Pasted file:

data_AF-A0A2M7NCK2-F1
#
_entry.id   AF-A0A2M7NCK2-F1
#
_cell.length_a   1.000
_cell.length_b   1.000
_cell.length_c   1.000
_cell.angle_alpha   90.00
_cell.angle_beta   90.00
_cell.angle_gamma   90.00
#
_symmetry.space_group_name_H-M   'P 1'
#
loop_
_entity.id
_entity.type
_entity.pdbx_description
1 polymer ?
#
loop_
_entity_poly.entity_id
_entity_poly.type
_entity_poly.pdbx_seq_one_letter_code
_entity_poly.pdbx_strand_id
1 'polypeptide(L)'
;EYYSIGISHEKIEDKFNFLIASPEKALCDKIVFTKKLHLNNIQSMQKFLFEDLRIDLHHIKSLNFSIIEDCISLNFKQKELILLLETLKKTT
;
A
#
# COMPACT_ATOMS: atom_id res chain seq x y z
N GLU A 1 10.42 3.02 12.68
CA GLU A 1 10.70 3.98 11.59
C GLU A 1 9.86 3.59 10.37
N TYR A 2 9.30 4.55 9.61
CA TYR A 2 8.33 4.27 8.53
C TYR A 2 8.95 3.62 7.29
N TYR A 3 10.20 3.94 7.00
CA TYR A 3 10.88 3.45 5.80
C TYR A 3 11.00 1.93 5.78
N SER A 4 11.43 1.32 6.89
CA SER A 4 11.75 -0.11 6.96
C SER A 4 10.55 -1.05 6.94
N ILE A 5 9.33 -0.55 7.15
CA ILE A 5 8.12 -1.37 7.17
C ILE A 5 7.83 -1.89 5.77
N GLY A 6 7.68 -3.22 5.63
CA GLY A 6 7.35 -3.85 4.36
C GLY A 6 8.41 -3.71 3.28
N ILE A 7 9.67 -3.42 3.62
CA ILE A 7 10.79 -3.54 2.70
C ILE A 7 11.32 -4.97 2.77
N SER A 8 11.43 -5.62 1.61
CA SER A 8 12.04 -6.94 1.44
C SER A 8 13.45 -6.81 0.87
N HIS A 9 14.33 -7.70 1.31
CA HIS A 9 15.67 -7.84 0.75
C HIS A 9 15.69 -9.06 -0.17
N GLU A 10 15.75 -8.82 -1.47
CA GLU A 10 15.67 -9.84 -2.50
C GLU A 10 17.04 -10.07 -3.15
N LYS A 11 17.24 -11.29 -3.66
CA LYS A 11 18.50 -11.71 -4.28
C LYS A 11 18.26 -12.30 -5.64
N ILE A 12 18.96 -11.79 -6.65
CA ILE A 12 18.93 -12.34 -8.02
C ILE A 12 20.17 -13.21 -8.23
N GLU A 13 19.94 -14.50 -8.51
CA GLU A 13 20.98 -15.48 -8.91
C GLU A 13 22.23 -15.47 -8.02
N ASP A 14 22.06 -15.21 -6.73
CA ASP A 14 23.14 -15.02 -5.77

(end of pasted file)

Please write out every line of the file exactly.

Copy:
data_AF-A0A2M7NCK2-F1
#
_entry.id   AF-A0A2M7NCK2-F1
#
_cell.length_a   1.000
_cell.length_b   1.000
_cell.length_c   1.000
_cell.angle_alpha   90.00
_cell.angle_beta   90.00
_cell.angle_gamma   90.00
#
_symmetry.space_group_name_H-M   'P 1'
#
loop_
_entity.id
_entity.type
_entity.pdbx_description
1 polymer ?
#
loop_
_entity_poly.entity_id
_entity_poly.type
_entity_poly.pdbx_seq_one_letter_code
_entity_poly.pdbx_strand_id
1 'polypeptide(L)'
;EYYSIGISHEKIEDKFNFLIASPEKALCDKIVFTKKLHLNNIQSMQKFLFEDLRIDLHHIKSLNFSIIEDCISLNFKQKELILLLETLKKTT
;
A
#
# COMPACT_ATOMS: atom_id res chain seq x y z
N GLU A 1 10.42 3.02 12.68
CA GLU A 1 10.70 3.98 11.59
C GLU A 1 9.86 3.59 10.37
N TYR A 2 9.30 4.55 9.61
CA TYR A 2 8.33 4.27 8.53
C TYR A 2 8.95 3.62 7.29
N TYR A 3 10.20 3.94 7.00
CA TYR A 3 10.88 3.45 5.80
C TYR A 3 11.00 1.93 5.78
N SER A 4 11.43 1.32 6.89
CA SER A 4 11.75 -0.11 6.96
C SER A 4 10.55 -1.05 6.94
N ILE A 5 9.33 -0.55 7.15
CA ILE A 5 8.12 -1.37 7.17
C ILE A 5 7.83 -1.89 5.77
N GLY A 6 7.68 -3.22 5.63
CA GLY A 6 7.35 -3.85 4.36
C GLY A 6 8.41 -3.71 3.28
N ILE A 7 9.67 -3.42 3.62
CA ILE A 7 10.79 -3.54 2.70
C ILE A 7 11.32 -4.97 2.77
N SER A 8 11.43 -5.62 1.61
CA SER A 8 12.04 -6.94 1.44
C SER A 8 13.45 -6.81 0.87
N HIS A 9 14.33 -7.70 1.31
CA HIS A 9 15.67 -7.84 0.75
C HIS A 9 15.69 -9.06 -0.17
N GLU A 10 15.75 -8.82 -1.47
CA GLU A 10 15.67 -9.84 -2.50
C GLU A 10 17.04 -10.07 -3.15
N LYS A 11 17.24 -11.29 -3.66
CA LYS A 11 18.50 -11.71 -4.28
C LYS A 11 18.26 -12.30 -5.64
N ILE A 12 18.96 -11.79 -6.65
CA ILE A 12 18.93 -12.34 -8.02
C ILE A 12 20.17 -13.21 -8.23
N GLU A 13 19.94 -14.50 -8.51
CA GLU A 13 20.98 -15.48 -8.91
C GLU A 13 22.23 -15.47 -8.02
N ASP A 14 22.06 -15.21 -6.73
CA ASP A 14 23.14 -15.02 -5.77